The Department of Energy (DOE) opened up billions of dollars in funding today to build up domestic supply chains for batteries. Batteries will be crucial in the Biden administration’s plans to transition the nation to electric vehicles and clean energy.
The DOE says in its announcement that it will give $3.1 billion to companies to boost “the creation of new, retrofitted, and expanded commercial facilities” to process materials, make batteries, and recycle them at the end of their lives. Another $60 million in grants from the DOE will fund efforts to find second uses for old EV batteries. The money comes from the Bipartisan Infrastructure Law that passed last year.
The bigger picture: the Biden administration has set pretty big goals for clean energy and transportation in the US. He committed the US, under the Paris climate agreement, to halving its greenhouse gas emissions this decade. To do that, the administration wants to get the power grid to run completely on carbon pollution-free energy by 2035 and make sure that half of all new car sales are electric or hybrid vehicles by the end of the decade.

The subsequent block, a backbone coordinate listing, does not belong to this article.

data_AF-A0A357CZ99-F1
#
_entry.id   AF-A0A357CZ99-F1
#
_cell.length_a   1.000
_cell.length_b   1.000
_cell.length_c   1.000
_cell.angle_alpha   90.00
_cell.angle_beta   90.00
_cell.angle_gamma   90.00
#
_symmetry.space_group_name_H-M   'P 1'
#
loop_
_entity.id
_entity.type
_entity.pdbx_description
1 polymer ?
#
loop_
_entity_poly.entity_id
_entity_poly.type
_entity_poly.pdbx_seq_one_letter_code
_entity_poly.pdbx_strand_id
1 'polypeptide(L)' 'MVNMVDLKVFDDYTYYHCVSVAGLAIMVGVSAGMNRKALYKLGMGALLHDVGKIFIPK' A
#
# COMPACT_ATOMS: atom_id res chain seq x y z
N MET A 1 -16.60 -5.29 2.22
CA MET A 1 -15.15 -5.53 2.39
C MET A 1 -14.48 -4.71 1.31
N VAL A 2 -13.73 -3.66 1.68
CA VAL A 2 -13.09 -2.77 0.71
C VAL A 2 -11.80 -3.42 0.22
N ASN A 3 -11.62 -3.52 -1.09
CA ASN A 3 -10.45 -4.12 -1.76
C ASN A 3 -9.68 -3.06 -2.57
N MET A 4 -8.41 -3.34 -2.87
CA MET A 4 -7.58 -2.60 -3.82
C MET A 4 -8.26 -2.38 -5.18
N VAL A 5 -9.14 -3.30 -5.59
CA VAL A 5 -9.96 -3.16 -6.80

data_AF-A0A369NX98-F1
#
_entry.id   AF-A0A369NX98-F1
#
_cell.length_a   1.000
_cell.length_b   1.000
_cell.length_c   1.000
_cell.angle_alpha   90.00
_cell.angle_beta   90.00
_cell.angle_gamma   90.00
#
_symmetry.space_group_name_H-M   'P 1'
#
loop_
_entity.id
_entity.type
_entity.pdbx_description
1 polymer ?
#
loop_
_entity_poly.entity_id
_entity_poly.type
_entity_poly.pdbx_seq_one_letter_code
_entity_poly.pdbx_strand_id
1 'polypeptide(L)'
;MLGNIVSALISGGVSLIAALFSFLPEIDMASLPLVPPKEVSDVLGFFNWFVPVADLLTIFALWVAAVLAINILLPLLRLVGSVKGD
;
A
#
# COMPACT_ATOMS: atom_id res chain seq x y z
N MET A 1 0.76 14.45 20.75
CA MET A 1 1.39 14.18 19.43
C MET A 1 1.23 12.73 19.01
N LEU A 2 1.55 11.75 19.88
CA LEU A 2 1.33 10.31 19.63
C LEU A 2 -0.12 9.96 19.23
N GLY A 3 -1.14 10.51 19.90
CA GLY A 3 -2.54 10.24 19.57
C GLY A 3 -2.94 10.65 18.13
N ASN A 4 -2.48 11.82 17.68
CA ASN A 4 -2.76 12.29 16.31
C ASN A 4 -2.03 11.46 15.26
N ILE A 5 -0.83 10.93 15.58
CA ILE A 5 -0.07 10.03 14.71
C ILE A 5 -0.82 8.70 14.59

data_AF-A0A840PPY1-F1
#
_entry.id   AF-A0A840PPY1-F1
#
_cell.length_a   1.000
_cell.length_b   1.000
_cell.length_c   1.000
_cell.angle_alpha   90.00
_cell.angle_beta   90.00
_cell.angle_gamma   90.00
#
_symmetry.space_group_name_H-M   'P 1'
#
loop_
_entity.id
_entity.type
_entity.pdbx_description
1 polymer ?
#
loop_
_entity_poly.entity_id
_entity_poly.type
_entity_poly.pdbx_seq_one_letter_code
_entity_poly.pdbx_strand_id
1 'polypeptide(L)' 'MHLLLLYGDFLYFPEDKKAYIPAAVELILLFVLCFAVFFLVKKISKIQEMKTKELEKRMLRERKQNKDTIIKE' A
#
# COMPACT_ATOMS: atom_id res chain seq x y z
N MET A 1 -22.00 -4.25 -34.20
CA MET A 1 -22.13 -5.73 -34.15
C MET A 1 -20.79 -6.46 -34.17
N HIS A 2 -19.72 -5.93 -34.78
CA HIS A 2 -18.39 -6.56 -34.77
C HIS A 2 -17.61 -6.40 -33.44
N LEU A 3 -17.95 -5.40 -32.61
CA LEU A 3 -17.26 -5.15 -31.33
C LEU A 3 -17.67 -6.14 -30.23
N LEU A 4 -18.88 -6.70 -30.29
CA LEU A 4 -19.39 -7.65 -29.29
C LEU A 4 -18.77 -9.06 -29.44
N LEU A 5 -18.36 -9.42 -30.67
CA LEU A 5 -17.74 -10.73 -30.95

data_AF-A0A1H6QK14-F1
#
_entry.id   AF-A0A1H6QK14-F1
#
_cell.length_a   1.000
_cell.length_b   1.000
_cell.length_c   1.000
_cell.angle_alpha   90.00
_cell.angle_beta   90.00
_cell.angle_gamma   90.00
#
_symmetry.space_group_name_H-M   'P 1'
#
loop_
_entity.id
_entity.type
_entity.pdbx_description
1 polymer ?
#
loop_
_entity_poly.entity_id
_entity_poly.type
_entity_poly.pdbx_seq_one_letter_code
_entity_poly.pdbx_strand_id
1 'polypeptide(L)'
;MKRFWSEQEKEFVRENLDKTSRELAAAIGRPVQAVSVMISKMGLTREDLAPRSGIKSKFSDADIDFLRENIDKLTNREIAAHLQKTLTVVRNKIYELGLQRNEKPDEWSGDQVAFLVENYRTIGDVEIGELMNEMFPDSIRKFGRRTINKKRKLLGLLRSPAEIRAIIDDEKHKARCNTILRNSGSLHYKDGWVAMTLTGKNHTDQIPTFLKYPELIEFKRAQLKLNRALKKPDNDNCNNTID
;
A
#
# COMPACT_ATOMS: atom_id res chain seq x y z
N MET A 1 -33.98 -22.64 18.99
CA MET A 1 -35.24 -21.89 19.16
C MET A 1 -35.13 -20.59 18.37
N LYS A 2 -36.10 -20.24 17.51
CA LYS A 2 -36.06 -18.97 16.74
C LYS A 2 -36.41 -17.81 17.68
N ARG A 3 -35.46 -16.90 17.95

That kind of future hinges on having the battery technology
That kind of future hinges on having the battery technology to make electric vehicles more affordable as well as to store wind and solar energy so that it’s available when sunshine and winds wane.
Without taking action, a DOE analysis last year found that US battery production capacity wouldn’t be able to meet even half of the projected demand for lithium-ion batteries for electric vehicles in 2028. Right now, battery supply chains are especially vulnerable because they’re concentrated in just a handful of countries. That’s led to allegations of labor abuses, like a lawsuit against Tesla and other companies for the deaths of child workers.
Today’s announcement is just the latest among a series of moves the Biden administration has made to get its hands on more (and better) batteries. In March, Biden invoked the Defense Production Act to bolster domestic mining and the processing of minerals like nickel, lithium, cobalt, graphite, and manganese that are vital for battery-making. Last June, the Department of Energy put out a “national blueprint” for making lithium batteries. All in all, the Bipartisan Infrastructure Law includes $7 billion for domestic battery supply chains — from gathering raw materials to making battery cells and recycling them at the end of their lives.